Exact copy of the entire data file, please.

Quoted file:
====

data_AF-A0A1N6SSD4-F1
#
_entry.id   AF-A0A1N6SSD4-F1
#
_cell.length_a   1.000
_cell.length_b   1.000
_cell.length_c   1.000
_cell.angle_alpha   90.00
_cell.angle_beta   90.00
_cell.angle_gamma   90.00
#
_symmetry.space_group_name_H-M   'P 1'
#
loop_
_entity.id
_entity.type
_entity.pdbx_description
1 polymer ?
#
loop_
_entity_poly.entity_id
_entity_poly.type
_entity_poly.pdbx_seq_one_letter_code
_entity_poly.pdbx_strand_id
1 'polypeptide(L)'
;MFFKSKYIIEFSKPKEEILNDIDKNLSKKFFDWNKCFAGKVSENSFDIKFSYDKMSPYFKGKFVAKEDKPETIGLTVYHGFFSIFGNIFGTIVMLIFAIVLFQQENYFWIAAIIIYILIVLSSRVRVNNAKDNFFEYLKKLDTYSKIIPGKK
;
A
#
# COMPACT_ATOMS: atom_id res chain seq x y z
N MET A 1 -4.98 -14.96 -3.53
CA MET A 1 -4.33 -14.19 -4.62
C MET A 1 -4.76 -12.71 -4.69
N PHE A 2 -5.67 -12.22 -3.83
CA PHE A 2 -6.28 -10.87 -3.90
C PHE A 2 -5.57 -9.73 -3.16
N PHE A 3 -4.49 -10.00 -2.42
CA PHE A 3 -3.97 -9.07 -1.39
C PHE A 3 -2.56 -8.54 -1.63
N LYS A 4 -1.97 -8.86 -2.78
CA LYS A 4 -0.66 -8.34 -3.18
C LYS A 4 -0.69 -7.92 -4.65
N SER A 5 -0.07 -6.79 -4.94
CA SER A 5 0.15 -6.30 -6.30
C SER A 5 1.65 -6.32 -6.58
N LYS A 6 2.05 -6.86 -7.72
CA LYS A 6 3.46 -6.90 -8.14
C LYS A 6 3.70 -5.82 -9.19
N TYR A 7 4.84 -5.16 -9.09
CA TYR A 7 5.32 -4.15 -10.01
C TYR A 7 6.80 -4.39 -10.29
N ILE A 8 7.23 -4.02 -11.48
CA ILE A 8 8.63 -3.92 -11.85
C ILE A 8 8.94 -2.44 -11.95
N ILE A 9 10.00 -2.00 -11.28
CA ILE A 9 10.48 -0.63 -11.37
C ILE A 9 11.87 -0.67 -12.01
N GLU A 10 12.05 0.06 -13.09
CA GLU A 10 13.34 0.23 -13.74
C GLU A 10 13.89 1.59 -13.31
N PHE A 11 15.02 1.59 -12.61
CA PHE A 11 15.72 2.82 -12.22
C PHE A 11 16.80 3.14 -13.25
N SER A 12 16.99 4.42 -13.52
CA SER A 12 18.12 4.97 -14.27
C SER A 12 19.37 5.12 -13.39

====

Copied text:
data_AF-A0A1N6SSD4-F1
#
_entry.id   AF-A0A1N6SSD4-F1
#
_cell.length_a   1.000
_cell.length_b   1.000
_cell.length_c   1.000
_cell.angle_alpha   90.00
_cell.angle_beta   90.00
_cell.angle_gamma   90.00
#
_symmetry.space_group_name_H-M   'P 1'
#
loop_
_entity.id
_entity.type
_entity.pdbx_description
1 polymer ?
#
loop_
_entity_poly.entity_id
_entity_poly.type
_entity_poly.pdbx_seq_one_letter_code
_entity_poly.pdbx_strand_id
1 'polypeptide(L)'
;MFFKSKYIIEFSKPKEEILNDIDKNLSKKFFDWNKCFAGKVSENSFDIKFSYDKMSPYFKGKFVAKEDKPETIGLTVYHGFFSIFGNIFGTIVMLIFAIVLFQQENYFWIAAIIIYILIVLSSRVRVNNAKDNFFEYLKKLDTYSKIIPGKK
;
A
#
# COMPACT_ATOMS: atom_id res chain seq x y z
N MET A 1 -4.98 -14.96 -3.53
CA MET A 1 -4.33 -14.19 -4.62
C MET A 1 -4.76 -12.71 -4.69
N PHE A 2 -5.67 -12.22 -3.83
CA PHE A 2 -6.28 -10.87 -3.90
C PHE A 2 -5.57 -9.73 -3.16
N PHE A 3 -4.49 -10.00 -2.42
CA PHE A 3 -3.97 -9.07 -1.39
C PHE A 3 -2.56 -8.54 -1.63
N LYS A 4 -1.97 -8.86 -2.78
CA LYS A 4 -0.66 -8.34 -3.18
C LYS A 4 -0.69 -7.92 -4.65
N SER A 5 -0.07 -6.79 -4.94
CA SER A 5 0.15 -6.30 -6.30
C SER A 5 1.65 -6.32 -6.58
N LYS A 6 2.05 -6.86 -7.72
CA LYS A 6 3.46 -6.90 -8.14
C LYS A 6 3.70 -5.82 -9.19
N TYR A 7 4.84 -5.16 -9.09
CA TYR A 7 5.32 -4.15 -10.01
C TYR A 7 6.80 -4.39 -10.29
N ILE A 8 7.23 -4.02 -11.48
CA ILE A 8 8.63 -3.92 -11.85
C ILE A 8 8.94 -2.44 -11.95
N ILE A 9 10.00 -2.00 -11.28
CA ILE A 9 10.48 -0.63 -11.37
C ILE A 9 11.87 -0.67 -12.01
N GLU A 10 12.05 0.06 -13.09
CA GLU A 10 13.34 0.23 -13.74
C GLU A 10 13.89 1.59 -13.31
N PHE A 11 15.02 1.59 -12.61
CA PHE A 11 15.72 2.82 -12.22
C PHE A 11 16.80 3.14 -13.25
N SER A 12 16.99 4.42 -13.52
CA SER A 12 18.12 4.97 -14.27
C SER A 12 19.37 5.12 -13.39